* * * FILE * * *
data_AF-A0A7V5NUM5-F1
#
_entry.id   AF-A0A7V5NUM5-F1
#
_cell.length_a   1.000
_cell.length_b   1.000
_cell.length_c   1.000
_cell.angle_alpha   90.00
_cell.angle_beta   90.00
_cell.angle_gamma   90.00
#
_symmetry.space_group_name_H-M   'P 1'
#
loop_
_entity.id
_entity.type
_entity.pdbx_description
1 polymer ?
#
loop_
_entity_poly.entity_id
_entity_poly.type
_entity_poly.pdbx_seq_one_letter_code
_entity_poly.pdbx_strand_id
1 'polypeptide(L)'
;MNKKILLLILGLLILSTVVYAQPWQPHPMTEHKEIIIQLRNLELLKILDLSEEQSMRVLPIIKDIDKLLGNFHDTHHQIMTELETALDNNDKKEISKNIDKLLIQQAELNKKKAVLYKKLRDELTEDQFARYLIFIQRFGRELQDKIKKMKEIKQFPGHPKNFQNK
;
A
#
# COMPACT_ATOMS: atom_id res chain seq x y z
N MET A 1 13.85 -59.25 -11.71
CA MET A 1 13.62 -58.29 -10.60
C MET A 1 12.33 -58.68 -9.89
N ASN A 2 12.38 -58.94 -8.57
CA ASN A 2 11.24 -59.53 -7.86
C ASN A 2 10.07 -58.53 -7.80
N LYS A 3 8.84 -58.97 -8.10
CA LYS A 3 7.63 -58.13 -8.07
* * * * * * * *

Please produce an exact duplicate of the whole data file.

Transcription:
data_AF-A0A7V5NUM5-F1
#
_entry.id   AF-A0A7V5NUM5-F1
#
_cell.length_a   1.000
_cell.length_b   1.000
_cell.length_c   1.000
_cell.angle_alpha   90.00
_cell.angle_beta   90.00
_cell.angle_gamma   90.00
#
_symmetry.space_group_name_H-M   'P 1'
#
loop_
_entity.id
_entity.type
_entity.pdbx_description
1 polymer ?
#
loop_
_entity_poly.entity_id
_entity_poly.type
_entity_poly.pdbx_seq_one_letter_code
_entity_poly.pdbx_strand_id
1 'polypeptide(L)'
;MNKKILLLILGLLILSTVVYAQPWQPHPMTEHKEIIIQLRNLELLKILDLSEEQSMRVLPIIKDIDKLLGNFHDTHHQIMTELETALDNNDKKEISKNIDKLLIQQAELNKKKAVLYKKLRDELTEDQFARYLIFIQRFGRELQDKIKKMKEIKQFPGHPKNFQNK
;
A
#
# COMPACT_ATOMS: atom_id res chain seq x y z
N MET A 1 13.85 -59.25 -11.71
CA MET A 1 13.62 -58.29 -10.60
C MET A 1 12.33 -58.68 -9.89
N ASN A 2 12.38 -58.94 -8.57
CA ASN A 2 11.24 -59.53 -7.86
C ASN A 2 10.07 -58.53 -7.80
N LYS A 3 8.84 -58.97 -8.10
CA LYS A 3 7.63 -58.13 -8.07